Herb Plant Profile

Gotu Kola

Often referred to as the “herb of longevity” or “miracle elixir of life,” gotu kola is a staple in traditional Chinese (TCM), Indonesian, and Ayurvedic medicine.

Scientific name: Centella asiatica

Other common names: Spadeleaf, Asiatic pennywort, Indian pennywort, 积雪草/ji xue cao (Chinese), hierba de clavo, sombrerito (Spanish), mandukaparni (Sanskrit-meaning frog-leafed), talepetrako, thankuni, and sometimes Brahmi. Brahmi is more commonly the name for the plant Bacopa monnieri Linn.

Hin-Gotu Kola is the Sri Lankan Singhalese name for Centella asiatica and it means cup-shaped leaf.1 Sri Lankan’s are said to have started using the herb after observing elephants eating it and drawing the conclusion that it must contribute to their long lifespans.2 Not wrong in their thinking, a Chinese herbalist named Li Ching-Yun is rumored to have lived until the age of 197 by eating it regularly and the herb appears in the Chinese Shennong Herbal (circa 1st-2nd century CE).3


Gotu kola is an aquatic plant meaning that it grows best in temperate, tropical, wet, and swampy areas. It is a ground creeping plant with leaf stalks that can grow quite tall and leaves that are coin-shaped but can grow to be large and have wavy or serrated edges. The leaves are also described as being kidney bean-shaped or fan-shaped. The leaves are generally about 1-5 inch wide and the veins on each leaf extend outward from a center point located at the bottom of the leaf’s split edge.4 The flowers are generally white or pink-red (crimson) in color, in small, rounded bunches (umbels) near the surface of the soil. Flowers are very small, less than 3 mm (0.12 in). Some of these bunches go on to form seeds that can be collected to start new plants. Gotu kola is often mistaken for dollar weed and other pennyworts such as largeleaf pennywort (Hydrocotyle bonariensis) often found at beaches.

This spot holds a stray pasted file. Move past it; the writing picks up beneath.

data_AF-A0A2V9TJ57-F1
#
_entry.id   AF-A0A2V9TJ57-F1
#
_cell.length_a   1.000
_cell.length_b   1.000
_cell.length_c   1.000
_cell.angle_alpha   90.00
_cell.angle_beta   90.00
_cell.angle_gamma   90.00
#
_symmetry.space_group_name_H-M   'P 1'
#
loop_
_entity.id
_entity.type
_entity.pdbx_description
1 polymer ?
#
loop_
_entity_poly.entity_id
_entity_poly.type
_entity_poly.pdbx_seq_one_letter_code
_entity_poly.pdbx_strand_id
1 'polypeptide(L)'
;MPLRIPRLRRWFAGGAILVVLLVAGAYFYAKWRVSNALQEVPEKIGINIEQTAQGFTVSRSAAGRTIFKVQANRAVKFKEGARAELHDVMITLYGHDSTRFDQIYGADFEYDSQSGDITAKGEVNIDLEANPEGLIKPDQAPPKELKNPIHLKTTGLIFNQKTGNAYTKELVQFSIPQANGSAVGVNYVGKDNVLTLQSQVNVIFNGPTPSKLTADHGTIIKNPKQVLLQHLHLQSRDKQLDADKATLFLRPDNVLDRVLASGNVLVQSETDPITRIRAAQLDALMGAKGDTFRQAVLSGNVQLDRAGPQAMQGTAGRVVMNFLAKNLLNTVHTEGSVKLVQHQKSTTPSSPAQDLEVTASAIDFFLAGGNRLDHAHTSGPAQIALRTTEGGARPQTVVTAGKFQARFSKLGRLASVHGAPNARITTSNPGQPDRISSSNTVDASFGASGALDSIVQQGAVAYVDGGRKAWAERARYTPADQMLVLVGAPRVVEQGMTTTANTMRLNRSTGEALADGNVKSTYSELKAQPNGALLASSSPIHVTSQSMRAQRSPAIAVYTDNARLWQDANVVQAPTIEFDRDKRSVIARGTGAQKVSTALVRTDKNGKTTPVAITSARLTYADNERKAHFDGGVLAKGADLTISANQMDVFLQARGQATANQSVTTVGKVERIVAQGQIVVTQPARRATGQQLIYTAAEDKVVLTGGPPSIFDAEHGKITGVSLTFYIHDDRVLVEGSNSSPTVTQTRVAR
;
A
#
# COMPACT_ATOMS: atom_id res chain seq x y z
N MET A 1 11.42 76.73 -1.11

This plant is quick to propagate as it roots fairly easily and also spreads through rhizomes (underground tubers). Seeds are also produced by the plant. Planting root sections from the parent is the easiest way to propagate. Plants from root sections are genetically identical to the original plant, whereas planting from seed will give you a genetically different plant. Gotu kola prefers wet conditions but can also grow in drier areas with regular watering. It is considered native to Florida.56 


Although considered native, this plant can quickly become invasive due to Florida’s humid climate and frequent rain. It is recommended that it is grown in containment and harvested frequently. In North Florida, you will have to overwinter the plant by covering it with something like straw or pine needles. It is also wise to keep a couple of cuttings indoors in case there is a particularly hard freeze.

Medicinal and Food Properties

Gotu Kola has a history of use as a treatment for cognitive function (such as improving memory, alertness, and mood), syphilis, hepatitis, stomach ulcers, mental fatigue, epilepsy, diarrhea, fever, asthma, dermatological (related to skin), and vascular (related to blood vessel and blood circulation) applications.

A cold process, glycerin extract is recommended for this plant for medicine making. There is concern that heat can impact its qualities.

A number of neurobehavioral effects (meaning it impacts the way the brain affects emotion, behavior, and learning) have been studied for gotu kola, especially for cognitive decline due to both normal aging and disease-related deterioration. Aqueous extracts of C. asiatica seem particularly effective at improving cognitive performance in animal studies.7 While the reasons gotu kola is helpful are not yet well understood, it is theorized that it helps regenerate dendrites, a part of brain cells (called neurons) that communicate with other neurons, through a process called arborization. This word comes from the Latin “arbor” meaning tree because dendrites have a root-like structure that reaches out to the dendrites of other brain cells to make the process of communication via gaps, called synapses, easier. While more robust human studies are needed, the few studies available seem consistent with cognitive improvement.8 

Want to know more about its possible cognitive benefits?
This plant can be especially helpful for treating Alzheimer’s and Parkinson’s diseases due to its anti-inflammatory properties, as well as its antiaging/antioxidative and mitochondrial function qualities. Both diseases are characterized by brain inflammation that leads to degeneration/deterioration. The process of aging naturally causes oxidative stress that leads to imbalance and dysfunction of the mitochondrial process. The mitochondrial process is responsible for energy production for cells as well as cell respiration.9 This is also of benefit to stroke survivors, as gotu kola can improve cognitive function after a stroke